New Testament Introduction
This course is will help you begin to weave yourself through the maze of NT studies. During the course we will be exploring several major subject areas: 1) the history of the period in which the NT was written; 2) the social and cultural milieu in which early Christians lived; 3) the practice of the scholarly study of the NT (source, form, redaction, genre, rhetorical criticism et al.); 4) questions of introduction about the books of the NT (authorship, date, audience, structure, purpose); 5) the practice of exegesis and hermeneutics.
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|1||The Importance of Context||
When reading the Bible, there is a danger of reading our own ideas into the text and assuming they are there. A text without a context is a pretext for whatever you want it to mean.
|2||The Importance of Context (part 2)||
Dr. Witherington continues the discussion on the importance of using context in interpretation and walks through the different types of context.
|3||Biographies vs. Monographs||
Matthew, Mark and John are like ancient biographies. Luke-Acts is more like an ancient historical monograph.
|4||Son of Man, Kingdom of God||
The terms “Son of Man” and “kingdom of God” appear often in Matthew and Mark. The kingdom of God is the divine saving activity of God breaking into human history.
|5||Luke and John||
Luke uses Mark as a primary source. He organizes his material geographically “to” Jerusalem, while Acts is organized “from” Jerusalem. Luke emphasizes apologetics to make his case that Christianity should be considered a legal religion in the Roman Empire. The divinity of Jesus is more vividly portrayed in the gospel of John than in the synoptics.
There was great animosity between the Jews and Samaritans that went back hundreds of years. In telling the parable of the good Samaritan, Jesus was not only challenging stereotypes but shaming a man who thought he was a righteous Jew. It’s unacceptable to use your orthodoxy as a tool to justify your prejudices against other kinds of people.
|7||Healing of the Man Born Blind||
Jesus teaches that there is not always a direct correlation between sickness and sin. The religious officials often thought that Jesus did not measure up to what they thought a prophet should be. All of Jesus’ miracles are acts of compassion, not primarily to prove that he is the messiah.
|8||Apocryphal and Apocalyptic Literature||
Salvation according to the gnostics is a self-help program for those with inside knowledge. The gnostic gospels were never on any of the canon lists of the early church. The church recognized the canon, they didn’t form the canon. God has revealed enough about the future to give us hope, but not so much that we don’t have to live by faith each day.
|9||Revelation and the Rapture||
Apocalyptic literature arises when justice is deferred. It develops the ideas of the “other world” and the “afterlife.” God is being worshipped for what he is about to do to transform the world into his kingdom. Dispensational theology supports the teaching of a rapture.
A genuine prophecy was intended to be understood and it was spoken in known languages. Apocalyptic literature was often written during periods of exile. Worship is not about giving people what they want, it’s about giving God what he desires and requires. True worship requires that we are in the Spirit and give our whole selves to God.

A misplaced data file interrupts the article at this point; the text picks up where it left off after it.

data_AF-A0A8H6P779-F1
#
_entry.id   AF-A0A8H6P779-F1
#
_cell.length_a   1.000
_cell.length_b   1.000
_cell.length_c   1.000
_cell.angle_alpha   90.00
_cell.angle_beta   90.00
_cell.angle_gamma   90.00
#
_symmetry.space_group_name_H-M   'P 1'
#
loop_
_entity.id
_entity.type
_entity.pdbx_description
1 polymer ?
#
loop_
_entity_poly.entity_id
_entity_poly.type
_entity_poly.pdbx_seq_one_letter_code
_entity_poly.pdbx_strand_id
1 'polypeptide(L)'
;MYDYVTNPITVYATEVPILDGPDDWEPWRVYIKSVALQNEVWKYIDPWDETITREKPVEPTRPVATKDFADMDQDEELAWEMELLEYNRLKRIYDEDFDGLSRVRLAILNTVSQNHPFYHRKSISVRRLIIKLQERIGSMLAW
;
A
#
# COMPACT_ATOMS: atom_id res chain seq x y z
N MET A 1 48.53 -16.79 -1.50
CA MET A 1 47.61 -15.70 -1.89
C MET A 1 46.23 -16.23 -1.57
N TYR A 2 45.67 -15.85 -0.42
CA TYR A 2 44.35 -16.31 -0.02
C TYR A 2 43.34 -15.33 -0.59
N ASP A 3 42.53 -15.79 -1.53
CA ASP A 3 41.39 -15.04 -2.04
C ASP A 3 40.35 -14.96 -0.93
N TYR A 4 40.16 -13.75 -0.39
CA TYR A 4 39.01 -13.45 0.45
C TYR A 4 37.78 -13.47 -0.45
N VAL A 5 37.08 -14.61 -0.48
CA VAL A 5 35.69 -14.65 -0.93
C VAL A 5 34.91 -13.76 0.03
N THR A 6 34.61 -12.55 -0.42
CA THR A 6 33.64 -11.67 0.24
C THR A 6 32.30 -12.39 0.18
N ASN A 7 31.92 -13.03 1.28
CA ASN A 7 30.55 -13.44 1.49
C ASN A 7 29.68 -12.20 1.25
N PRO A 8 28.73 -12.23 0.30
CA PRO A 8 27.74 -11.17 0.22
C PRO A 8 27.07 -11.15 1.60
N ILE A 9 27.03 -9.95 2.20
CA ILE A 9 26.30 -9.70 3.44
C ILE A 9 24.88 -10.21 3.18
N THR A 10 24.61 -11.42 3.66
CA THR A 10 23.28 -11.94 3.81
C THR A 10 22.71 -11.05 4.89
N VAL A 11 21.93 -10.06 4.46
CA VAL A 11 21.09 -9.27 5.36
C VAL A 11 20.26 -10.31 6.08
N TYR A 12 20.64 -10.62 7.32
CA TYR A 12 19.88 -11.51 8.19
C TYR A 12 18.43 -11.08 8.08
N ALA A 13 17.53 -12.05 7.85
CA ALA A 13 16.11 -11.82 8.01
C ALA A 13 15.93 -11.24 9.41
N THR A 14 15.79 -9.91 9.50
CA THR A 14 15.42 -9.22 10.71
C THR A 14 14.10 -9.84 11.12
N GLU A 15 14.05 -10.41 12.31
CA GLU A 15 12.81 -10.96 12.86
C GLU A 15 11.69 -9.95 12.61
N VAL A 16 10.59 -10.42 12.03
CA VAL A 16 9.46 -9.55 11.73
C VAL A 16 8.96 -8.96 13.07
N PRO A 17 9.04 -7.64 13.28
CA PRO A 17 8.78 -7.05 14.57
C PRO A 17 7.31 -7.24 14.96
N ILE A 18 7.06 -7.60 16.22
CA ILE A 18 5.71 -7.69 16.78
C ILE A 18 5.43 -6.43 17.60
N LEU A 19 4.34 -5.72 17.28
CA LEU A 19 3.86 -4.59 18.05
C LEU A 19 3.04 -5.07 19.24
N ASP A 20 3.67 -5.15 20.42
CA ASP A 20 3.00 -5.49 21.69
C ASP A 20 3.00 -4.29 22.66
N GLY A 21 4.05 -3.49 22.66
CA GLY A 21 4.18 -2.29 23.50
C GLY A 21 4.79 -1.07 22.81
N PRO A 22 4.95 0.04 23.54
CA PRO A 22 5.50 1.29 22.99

In times of exile, people didn’t see God carrying out justice in their lifetime so they thought it must happen later by God raising them from the dead. Your behavior in this life affects the eternal outcome. When we die, our spirit goes to be with God, our body decays and eventually God gives us a heavenly body that will be everlasting like our spirit.
|12||Parables (part 1)||
Parable comes from a word meaning figurative or metaphorical speech of any kind. They are analogies and part of wisdom literature. Jesus purposefully spoke in public in figurative ways to challenge people to think about the ideas he was presenting. He gives us insights into God’s character and the relationship between him and God the Father.
|13||Parables (part 2)||
Parables are intended to tease your mind into active thought about God. You can tell the character of a person by what they do when they think nobody is watching. The parables have both justice and mercy, righteousness and compassion.
|14||Paul’s Letters and Rhetoric||
The first missionary journey started in Antioch. Paul, Barnabas and John Mark worked together. Paul shames his detractors by boasting about things that most people thought were shameful. Paul’s letters were written as conversations in context, not as theological tracts.
|15||Paul’s Letters and Rhetoric (part 2)||
In the Old Testament, “hesed” refers to the love God promised to give to the people to whom he betrothed himself (i.e., Jews). The paradigm of “agape” is God in Christ. On the cross, Christ gave with no thought of return. Paul’s letters were meant to be read in a public discourse setting as an act of worship. An effective rhetorical presentation appeals to both the mind and the emotions of people.
|16||Principles of Rhetoric||
Understanding the structure of rhetoric can help you understand scripture better and preach more effectively.
When Jesus came to earth, he accepted a slave’s position and willingly suffered a slave’s death. Jesus “emptied himself” by giving up his divine prerogatives. Jesus assumes the role of “Lord” (God) at resurrection and thereafter. Christ doesn’t reflect God’s glory, he radiates it.